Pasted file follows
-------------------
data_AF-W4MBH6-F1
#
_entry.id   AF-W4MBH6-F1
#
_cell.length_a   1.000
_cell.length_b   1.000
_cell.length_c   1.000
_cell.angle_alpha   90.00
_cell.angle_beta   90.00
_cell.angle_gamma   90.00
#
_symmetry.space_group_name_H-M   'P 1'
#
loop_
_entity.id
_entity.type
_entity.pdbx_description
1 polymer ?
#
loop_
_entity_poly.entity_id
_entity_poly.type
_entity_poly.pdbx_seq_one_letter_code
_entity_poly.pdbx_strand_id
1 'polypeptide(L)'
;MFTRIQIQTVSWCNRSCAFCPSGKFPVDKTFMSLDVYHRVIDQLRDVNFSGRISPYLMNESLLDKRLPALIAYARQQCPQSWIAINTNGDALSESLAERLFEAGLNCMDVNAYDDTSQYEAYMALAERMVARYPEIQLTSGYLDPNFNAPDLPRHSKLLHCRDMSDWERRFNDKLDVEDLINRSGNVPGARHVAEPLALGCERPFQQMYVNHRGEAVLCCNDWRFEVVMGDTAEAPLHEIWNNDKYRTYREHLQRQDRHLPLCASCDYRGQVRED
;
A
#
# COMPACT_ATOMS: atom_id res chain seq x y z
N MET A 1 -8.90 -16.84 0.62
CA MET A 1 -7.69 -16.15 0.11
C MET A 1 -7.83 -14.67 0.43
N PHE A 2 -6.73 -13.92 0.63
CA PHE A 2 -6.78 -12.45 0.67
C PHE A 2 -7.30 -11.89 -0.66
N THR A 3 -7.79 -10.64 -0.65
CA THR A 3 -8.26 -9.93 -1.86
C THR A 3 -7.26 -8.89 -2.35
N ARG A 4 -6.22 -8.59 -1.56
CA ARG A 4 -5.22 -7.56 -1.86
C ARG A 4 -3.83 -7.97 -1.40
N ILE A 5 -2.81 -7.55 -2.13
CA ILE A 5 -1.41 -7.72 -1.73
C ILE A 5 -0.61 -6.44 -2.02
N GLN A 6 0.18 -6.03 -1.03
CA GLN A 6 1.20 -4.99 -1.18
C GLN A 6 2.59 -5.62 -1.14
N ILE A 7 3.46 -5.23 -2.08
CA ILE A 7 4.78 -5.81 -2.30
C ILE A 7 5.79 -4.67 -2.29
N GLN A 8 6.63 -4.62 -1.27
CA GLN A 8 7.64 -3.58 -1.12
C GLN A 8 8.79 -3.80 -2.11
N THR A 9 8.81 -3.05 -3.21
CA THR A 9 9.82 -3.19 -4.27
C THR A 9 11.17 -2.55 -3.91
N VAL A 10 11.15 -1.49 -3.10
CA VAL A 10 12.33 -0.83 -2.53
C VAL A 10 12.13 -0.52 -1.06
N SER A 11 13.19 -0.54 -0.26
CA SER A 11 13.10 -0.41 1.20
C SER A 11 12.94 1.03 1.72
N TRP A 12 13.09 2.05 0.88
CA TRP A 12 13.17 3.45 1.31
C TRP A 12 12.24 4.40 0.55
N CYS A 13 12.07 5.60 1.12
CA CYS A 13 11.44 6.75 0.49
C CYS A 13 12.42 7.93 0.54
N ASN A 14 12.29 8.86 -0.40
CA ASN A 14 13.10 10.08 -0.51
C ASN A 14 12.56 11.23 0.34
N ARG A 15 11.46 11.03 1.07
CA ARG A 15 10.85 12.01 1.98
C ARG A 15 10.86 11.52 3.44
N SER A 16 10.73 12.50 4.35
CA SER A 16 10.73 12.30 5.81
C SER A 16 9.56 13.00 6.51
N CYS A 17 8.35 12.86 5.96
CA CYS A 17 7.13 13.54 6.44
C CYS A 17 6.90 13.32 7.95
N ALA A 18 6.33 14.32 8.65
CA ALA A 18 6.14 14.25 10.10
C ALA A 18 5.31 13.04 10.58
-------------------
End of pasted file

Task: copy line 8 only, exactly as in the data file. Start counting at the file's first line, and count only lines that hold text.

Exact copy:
_cell.angle_alpha   90.00